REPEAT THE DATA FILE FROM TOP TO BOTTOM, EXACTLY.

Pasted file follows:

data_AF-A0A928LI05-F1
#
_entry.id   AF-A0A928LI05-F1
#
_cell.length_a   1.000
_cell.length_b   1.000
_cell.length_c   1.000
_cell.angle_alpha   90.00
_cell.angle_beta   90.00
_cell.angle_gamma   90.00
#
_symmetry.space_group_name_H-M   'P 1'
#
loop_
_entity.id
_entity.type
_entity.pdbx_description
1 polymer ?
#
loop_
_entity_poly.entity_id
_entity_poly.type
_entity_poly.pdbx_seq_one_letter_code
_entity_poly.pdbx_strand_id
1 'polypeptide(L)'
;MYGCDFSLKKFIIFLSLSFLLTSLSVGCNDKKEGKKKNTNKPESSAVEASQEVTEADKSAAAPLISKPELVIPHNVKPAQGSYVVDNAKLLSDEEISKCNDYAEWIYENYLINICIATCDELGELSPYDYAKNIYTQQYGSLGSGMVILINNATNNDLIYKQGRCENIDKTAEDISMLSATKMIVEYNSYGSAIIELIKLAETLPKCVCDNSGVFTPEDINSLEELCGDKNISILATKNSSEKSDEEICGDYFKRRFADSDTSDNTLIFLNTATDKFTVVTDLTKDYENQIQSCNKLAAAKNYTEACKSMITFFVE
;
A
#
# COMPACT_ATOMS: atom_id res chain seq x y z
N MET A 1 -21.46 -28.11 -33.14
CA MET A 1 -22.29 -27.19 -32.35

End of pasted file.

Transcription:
data_AF-A0A928LI05-F1
#
_entry.id   AF-A0A928LI05-F1
#
_cell.length_a   1.000
_cell.length_b   1.000
_cell.length_c   1.000
_cell.angle_alpha   90.00
_cell.angle_beta   90.00
_cell.angle_gamma   90.00
#
_symmetry.space_group_name_H-M   'P 1'
#
loop_
_entity.id
_entity.type
_entity.pdbx_description
1 polymer ?
#
loop_
_entity_poly.entity_id
_entity_poly.type
_entity_poly.pdbx_seq_one_letter_code
_entity_poly.pdbx_strand_id
1 'polypeptide(L)'
;MYGCDFSLKKFIIFLSLSFLLTSLSVGCNDKKEGKKKNTNKPESSAVEASQEVTEADKSAAAPLISKPELVIPHNVKPAQGSYVVDNAKLLSDEEISKCNDYAEWIYENYLINICIATCDELGELSPYDYAKNIYTQQYGSLGSGMVILINNATNNDLIYKQGRCENIDKTAEDISMLSATKMIVEYNSYGSAIIELIKLAETLPKCVCDNSGVFTPEDINSLEELCGDKNISILATKNSSEKSDEEICGDYFKRRFADSDTSDNTLIFLNTATDKFTVVTDLTKDYENQIQSCNKLAAAKNYTEACKSMITFFVE
;
A
#
# COMPACT_ATOMS: atom_id res chain seq x y z
N MET A 1 -21.46 -28.11 -33.14
CA MET A 1 -22.29 -27.19 -32.35